Quantitative fluorescence microscopy : applications in digital pathology for breast conservation surgery
- Author(s): Martin, David Townsend
- et al.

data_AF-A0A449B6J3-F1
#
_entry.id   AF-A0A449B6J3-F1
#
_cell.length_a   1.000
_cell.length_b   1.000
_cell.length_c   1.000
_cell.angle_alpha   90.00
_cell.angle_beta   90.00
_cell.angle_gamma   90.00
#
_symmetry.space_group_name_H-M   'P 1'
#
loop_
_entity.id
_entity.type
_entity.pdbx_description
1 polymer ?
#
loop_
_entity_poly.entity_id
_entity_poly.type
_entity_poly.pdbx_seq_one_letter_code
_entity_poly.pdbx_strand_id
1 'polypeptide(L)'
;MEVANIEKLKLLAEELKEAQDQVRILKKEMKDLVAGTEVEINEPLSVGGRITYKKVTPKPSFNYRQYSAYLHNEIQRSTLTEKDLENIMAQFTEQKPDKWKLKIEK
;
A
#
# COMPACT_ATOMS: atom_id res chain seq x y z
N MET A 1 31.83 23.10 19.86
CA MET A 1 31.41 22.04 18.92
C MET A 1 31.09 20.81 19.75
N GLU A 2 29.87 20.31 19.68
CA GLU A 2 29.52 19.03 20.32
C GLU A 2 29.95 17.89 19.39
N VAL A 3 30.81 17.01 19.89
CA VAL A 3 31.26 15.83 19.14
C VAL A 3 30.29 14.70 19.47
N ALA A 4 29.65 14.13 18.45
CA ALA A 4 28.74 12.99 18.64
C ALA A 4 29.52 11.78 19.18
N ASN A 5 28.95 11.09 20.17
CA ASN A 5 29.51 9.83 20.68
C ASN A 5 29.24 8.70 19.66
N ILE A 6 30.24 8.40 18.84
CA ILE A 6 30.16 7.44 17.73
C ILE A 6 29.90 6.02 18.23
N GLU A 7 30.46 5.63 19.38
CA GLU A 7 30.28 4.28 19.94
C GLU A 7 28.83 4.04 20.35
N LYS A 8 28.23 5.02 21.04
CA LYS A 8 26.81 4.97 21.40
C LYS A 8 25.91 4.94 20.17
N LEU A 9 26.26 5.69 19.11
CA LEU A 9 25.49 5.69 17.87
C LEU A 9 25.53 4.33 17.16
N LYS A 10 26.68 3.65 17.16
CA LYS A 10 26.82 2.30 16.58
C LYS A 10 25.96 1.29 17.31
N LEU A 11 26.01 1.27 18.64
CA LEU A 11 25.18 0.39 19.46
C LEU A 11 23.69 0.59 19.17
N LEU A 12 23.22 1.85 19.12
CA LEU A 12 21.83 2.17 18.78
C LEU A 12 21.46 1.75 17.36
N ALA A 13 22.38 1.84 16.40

Approximately a third of all breast conversation therapy patients require follow-up procedures due to positive margins in their final pathological diagnosis. While manual intraoperative evaluation of margin status can greatly reduce the need for secondary procedures, it requires detailed analysis by a highly skilled pathologist inside the operating room for accurate results. This dissertation documents the development of an automated approach to detect cancerous epithelial cells and evaluate fluorescently stained imprint cytology slides taken from excised breast tissue. By digitizing whole slide images and developing custom software algorithms to distinguish epithelial cells from debris and imaging artifacts, the presence of invasive cancer was detected with 95% accuracy with no false positives when validated against the diagnosis of a highly experienced pathologist. While the difference between a cluster of cells and an air bubble or fiber is readily apparent to the human eye, a digitized microscopy system required training to recognize subjects of interest in slide images. Performing statistical measurements of the fluorescent properties of objects revealed intrinsic differences between cells and debris that could not be appreciated when focusing on intensity alone. Using these measurements to train an algorithm to correctly identify epithelial cells was crucial to the overall success of the technique. Accurately identifying fluorescently stained cells from a population of objects in a digitized image could be readily adapted to other clinical specimens beyond imprint cytology slides of breast tumor margins. This work demonstrates a proof of concept for developing a highly accurate and automated digital pathology system for intraoperatively evaluating margin status to guide surgical decisions, reduce pathologist workload, and lower positive margin rates. Lastly, an overview of a novel platform for analyzing single cell secretants through fluorescent imaging and development of a microfabrication process to produce it will be detailed